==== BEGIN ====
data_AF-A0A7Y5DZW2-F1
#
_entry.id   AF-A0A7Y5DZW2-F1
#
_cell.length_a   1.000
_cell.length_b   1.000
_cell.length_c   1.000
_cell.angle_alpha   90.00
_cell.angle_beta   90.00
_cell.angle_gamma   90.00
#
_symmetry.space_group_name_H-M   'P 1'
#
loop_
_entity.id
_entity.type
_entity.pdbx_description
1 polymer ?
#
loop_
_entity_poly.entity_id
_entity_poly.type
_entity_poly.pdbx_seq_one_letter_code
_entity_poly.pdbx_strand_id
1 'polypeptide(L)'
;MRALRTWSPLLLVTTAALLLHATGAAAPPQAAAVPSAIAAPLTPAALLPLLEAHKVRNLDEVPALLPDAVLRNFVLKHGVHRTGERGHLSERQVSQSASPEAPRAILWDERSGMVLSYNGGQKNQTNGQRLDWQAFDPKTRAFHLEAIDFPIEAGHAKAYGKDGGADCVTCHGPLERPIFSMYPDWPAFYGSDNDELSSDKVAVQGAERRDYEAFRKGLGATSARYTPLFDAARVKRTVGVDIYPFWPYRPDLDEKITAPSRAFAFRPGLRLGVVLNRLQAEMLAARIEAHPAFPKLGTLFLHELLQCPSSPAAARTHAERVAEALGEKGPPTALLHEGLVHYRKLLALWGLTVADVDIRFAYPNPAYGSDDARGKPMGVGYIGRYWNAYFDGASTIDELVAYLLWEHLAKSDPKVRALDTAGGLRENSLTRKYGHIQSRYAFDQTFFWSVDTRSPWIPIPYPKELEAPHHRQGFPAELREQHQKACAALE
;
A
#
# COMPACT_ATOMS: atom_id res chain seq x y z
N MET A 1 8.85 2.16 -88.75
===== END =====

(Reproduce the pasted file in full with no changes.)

data_AF-A0A7Y5DZW2-F1
#
_entry.id   AF-A0A7Y5DZW2-F1
#
_cell.length_a   1.000
_cell.length_b   1.000
_cell.length_c   1.000
_cell.angle_alpha   90.00
_cell.angle_beta   90.00
_cell.angle_gamma   90.00
#
_symmetry.space_group_name_H-M   'P 1'
#
loop_
_entity.id
_entity.type
_entity.pdbx_description
1 polymer ?
#
loop_
_entity_poly.entity_id
_entity_poly.type
_entity_poly.pdbx_seq_one_letter_code
_entity_poly.pdbx_strand_id
1 'polypeptide(L)'
;MRALRTWSPLLLVTTAALLLHATGAAAPPQAAAVPSAIAAPLTPAALLPLLEAHKVRNLDEVPALLPDAVLRNFVLKHGVHRTGERGHLSERQVSQSASPEAPRAILWDERSGMVLSYNGGQKNQTNGQRLDWQAFDPKTRAFHLEAIDFPIEAGHAKAYGKDGGADCVTCHGPLERPIFSMYPDWPAFYGSDNDELSSDKVAVQGAERRDYEAFRKGLGATSARYTPLFDAARVKRTVGVDIYPFWPYRPDLDEKITAPSRAFAFRPGLRLGVVLNRLQAEMLAARIEAHPAFPKLGTLFLHELLQCPSSPAAARTHAERVAEALGEKGPPTALLHEGLVHYRKLLALWGLTVADVDIRFAYPNPAYGSDDARGKPMGVGYIGRYWNAYFDGASTIDELVAYLLWEHLAKSDPKVRALDTAGGLRENSLTRKYGHIQSRYAFDQTFFWSVDTRSPWIPIPYPKELEAPHHRQGFPAELREQHQKACAALE
;
A
#
# COMPACT_ATOMS: atom_id res chain seq x y z
N MET A 1 8.85 2.16 -88.75